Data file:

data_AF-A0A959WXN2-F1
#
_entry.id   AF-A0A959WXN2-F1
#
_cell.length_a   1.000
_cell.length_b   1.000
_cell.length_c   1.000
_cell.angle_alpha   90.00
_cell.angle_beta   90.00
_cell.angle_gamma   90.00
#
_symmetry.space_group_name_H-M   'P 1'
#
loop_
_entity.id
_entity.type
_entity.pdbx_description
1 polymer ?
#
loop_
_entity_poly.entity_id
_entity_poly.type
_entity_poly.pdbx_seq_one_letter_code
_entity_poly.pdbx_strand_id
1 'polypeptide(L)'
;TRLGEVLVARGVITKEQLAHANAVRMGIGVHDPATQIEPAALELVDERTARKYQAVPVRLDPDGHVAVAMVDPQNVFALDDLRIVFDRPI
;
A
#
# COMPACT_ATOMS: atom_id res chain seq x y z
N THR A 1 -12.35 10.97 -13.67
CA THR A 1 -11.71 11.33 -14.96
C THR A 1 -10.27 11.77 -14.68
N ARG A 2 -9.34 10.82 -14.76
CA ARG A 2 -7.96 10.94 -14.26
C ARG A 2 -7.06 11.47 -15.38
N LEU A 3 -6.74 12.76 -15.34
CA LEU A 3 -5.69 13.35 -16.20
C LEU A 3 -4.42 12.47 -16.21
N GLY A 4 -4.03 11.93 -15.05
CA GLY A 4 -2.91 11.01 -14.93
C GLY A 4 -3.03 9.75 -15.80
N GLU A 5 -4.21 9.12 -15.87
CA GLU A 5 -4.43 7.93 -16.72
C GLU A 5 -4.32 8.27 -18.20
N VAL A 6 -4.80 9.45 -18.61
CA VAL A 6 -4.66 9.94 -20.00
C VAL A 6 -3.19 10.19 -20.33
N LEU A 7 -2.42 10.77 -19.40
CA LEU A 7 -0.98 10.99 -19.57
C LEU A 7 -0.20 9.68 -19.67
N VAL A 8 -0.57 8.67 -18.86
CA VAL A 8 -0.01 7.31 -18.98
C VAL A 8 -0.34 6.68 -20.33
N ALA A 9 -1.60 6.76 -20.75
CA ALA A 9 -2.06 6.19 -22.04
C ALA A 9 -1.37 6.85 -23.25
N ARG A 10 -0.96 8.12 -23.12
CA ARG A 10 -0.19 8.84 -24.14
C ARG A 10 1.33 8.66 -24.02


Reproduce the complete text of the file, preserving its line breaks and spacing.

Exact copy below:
data_AF-A0A959WXN2-F1
#
_entry.id   AF-A0A959WXN2-F1
#
_cell.length_a   1.000
_cell.length_b   1.000
_cell.length_c   1.000
_cell.angle_alpha   90.00
_cell.angle_beta   90.00
_cell.angle_gamma   90.00
#
_symmetry.space_group_name_H-M   'P 1'
#
loop_
_entity.id
_entity.type
_entity.pdbx_description
1 polymer ?
#
loop_
_entity_poly.entity_id
_entity_poly.type
_entity_poly.pdbx_seq_one_letter_code
_entity_poly.pdbx_strand_id
1 'polypeptide(L)'
;TRLGEVLVARGVITKEQLAHANAVRMGIGVHDPATQIEPAALELVDERTARKYQAVPVRLDPDGHVAVAMVDPQNVFALDDLRIVFDRPI
;
A
#
# COMPACT_ATOMS: atom_id res chain seq x y z
N THR A 1 -12.35 10.97 -13.67
CA THR A 1 -11.71 11.33 -14.96
C THR A 1 -10.27 11.77 -14.68
N ARG A 2 -9.34 10.82 -14.76
CA ARG A 2 -7.96 10.94 -14.26
C ARG A 2 -7.06 11.47 -15.38
N LEU A 3 -6.74 12.76 -15.34
CA LEU A 3 -5.69 13.35 -16.20
C LEU A 3 -4.42 12.47 -16.21
N GLY A 4 -4.03 11.93 -15.05
CA GLY A 4 -2.91 11.01 -14.93
C GLY A 4 -3.03 9.75 -15.80
N GLU A 5 -4.21 9.12 -15.87
CA GLU A 5 -4.43 7.93 -16.72
C GLU A 5 -4.32 8.27 -18.20
N VAL A 6 -4.80 9.45 -18.61
CA VAL A 6 -4.66 9.94 -20.00
C VAL A 6 -3.19 10.19 -20.33
N LEU A 7 -2.42 10.77 -19.40
CA LEU A 7 -0.98 10.99 -19.57
C LEU A 7 -0.20 9.68 -19.67
N VAL A 8 -0.57 8.67 -18.86
CA VAL A 8 -0.01 7.31 -18.98
C VAL A 8 -0.34 6.68 -20.33
N ALA A 9 -1.60 6.76 -20.75
CA ALA A 9 -2.06 6.19 -22.04
C ALA A 9 -1.37 6.85 -23.25
N ARG A 10 -0.96 8.12 -23.12
CA ARG A 10 -0.19 8.84 -24.14
C ARG A 10 1.33 8.66 -24.02